If Frank can be blamed for anything, maybe he needed to be more "Frank" during the summer transfer negotiations.

I'd don't know who signs or recommended players but knowing money was tight and I assume it was conversations mainly with Kevin Thelwell:

Thelwell: "Frank, we've got Maupay and McNeil as possible affordable targets; what do you think?"

Frank: "Kev, I think we need more goals mate than those two bring. Also, Maupay doesn't suit our system, we need a centre-forward, can we have a look at the likes of Guirassy, Brereton Diaz maybe, or something similar to those?"

Thelwell: "No, Frank it's got to be Maupay and McNeil, they tell me; you've spent £35 million on Onana so why did you not put some of that on a centre-forward?"

Somewhere along the line, we have had too many cooks spoiling the broth. Frank could have forced the issue in August and said we need two strikers which we did; we need two now even with Calvert-Lewin "fit".

Why and who sanctioned the McNeil and Maupay deals? Why sign Gana? Even James Garner, was he really worth the money, did we really need him?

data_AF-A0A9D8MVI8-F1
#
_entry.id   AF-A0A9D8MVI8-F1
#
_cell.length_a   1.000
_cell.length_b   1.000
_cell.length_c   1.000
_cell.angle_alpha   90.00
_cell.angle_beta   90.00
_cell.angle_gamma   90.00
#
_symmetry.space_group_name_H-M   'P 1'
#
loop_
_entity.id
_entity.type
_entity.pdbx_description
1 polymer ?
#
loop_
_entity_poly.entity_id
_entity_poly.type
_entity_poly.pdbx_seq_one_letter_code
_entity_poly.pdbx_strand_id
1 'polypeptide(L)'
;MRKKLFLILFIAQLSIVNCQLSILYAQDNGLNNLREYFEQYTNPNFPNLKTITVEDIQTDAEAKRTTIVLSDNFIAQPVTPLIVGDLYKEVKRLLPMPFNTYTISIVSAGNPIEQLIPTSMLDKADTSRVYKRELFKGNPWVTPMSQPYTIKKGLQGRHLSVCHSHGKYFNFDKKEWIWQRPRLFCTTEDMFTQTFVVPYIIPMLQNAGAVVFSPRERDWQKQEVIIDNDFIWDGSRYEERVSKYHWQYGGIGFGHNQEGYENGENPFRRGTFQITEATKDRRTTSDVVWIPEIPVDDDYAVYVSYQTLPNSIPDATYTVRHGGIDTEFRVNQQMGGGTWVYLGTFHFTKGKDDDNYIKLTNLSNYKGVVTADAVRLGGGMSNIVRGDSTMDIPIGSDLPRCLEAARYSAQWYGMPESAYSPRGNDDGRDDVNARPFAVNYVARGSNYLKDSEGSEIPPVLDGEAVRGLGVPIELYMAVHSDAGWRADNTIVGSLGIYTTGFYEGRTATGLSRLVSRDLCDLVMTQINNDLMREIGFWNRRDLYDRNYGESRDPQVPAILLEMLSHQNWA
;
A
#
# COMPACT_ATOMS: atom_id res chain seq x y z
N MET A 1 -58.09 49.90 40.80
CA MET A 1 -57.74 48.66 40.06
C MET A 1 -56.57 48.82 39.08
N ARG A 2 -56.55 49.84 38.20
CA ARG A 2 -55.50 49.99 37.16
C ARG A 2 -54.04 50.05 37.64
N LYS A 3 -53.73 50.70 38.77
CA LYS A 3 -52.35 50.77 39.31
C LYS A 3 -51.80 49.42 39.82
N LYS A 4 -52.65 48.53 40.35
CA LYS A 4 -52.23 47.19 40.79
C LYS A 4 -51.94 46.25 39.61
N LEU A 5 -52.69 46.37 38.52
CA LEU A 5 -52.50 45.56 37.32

Who made the signings last summer? The club should come out and tell us straight.

Danny O’Neill
6 Posted 26/01/2023 at 08:31:57
For some, playing comes natural and they struggle to coach because they can't understand why players can't do it, so can't explain it. Frank obviously worked very hard to combine his natural ability to get where he got to in the game.

It looks increasingly likely that he ends up in that category of great player, but won't likely make a great coach or manager.

We all wanted him to succeed, even those of us who were not convinced (me included). We all want every Everton manager to succeed.

Your mention of Leon Osman triggered me, especially with the current talk of Anthony Gordon on the other thread. The amount of stick he got used to continuously confuse me. Alongside Arteta, he was our most technically gifted footballer at the time. "Too small, slow and lightweight" was often the call. But he could play football, was committed and weighed in with the odd goal.

If we'd have played him central more often rather than sticking out wide like we did in the 2009 FA Cup Final, we'd have got more out of him. I used to say to my son at the time, if he moved to the continent, he'd have been a star.